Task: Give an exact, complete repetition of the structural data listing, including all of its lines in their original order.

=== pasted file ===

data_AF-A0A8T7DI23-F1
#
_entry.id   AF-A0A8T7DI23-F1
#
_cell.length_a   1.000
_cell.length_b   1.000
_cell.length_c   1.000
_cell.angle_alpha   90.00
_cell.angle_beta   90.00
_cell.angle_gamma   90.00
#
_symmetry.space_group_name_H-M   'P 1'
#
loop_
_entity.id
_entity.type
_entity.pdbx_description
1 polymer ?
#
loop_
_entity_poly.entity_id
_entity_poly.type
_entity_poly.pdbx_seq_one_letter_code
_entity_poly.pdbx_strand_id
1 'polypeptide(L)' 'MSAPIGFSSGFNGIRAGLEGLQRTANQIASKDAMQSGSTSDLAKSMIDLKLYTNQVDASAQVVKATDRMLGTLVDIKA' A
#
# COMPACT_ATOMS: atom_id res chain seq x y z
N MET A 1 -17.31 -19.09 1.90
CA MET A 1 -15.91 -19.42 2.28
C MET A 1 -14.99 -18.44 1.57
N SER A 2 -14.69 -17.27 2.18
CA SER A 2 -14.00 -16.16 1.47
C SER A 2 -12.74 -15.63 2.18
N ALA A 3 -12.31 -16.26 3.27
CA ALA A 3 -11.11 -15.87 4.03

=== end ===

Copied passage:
data_AF-A0A8T7DI23-F1
#
_entry.id   AF-A0A8T7DI23-F1
#
_cell.length_a   1.000
_cell.length_b   1.000
_cell.length_c   1.000
_cell.angle_alpha   90.00
_cell.angle_beta   90.00
_cell.angle_gamma   90.00
#
_symmetry.space_group_name_H-M   'P 1'
#
loop_
_entity.id
_entity.type
_entity.pdbx_description
1 polymer ?
#
loop_
_entity_poly.entity_id
_entity_poly.type
_entity_poly.pdbx_seq_one_letter_code
_entity_poly.pdbx_strand_id
1 'polypeptide(L)' 'MSAPIGFSSGFNGIRAGLEGLQRTANQIASKDAMQSGSTSDLAKSMIDLKLYTNQVDASAQVVKATDRMLGTLVDIKA' A
#
# COMPACT_ATOMS: atom_id res chain seq x y z
N MET A 1 -17.31 -19.09 1.90
CA MET A 1 -15.91 -19.42 2.28
C MET A 1 -14.99 -18.44 1.57
N SER A 2 -14.69 -17.27 2.18
CA SER A 2 -14.00 -16.16 1.47
C SER A 2 -12.74 -15.63 2.18
N ALA A 3 -12.31 -16.26 3.27
CA ALA A 3 -11.11 -15.87 4.03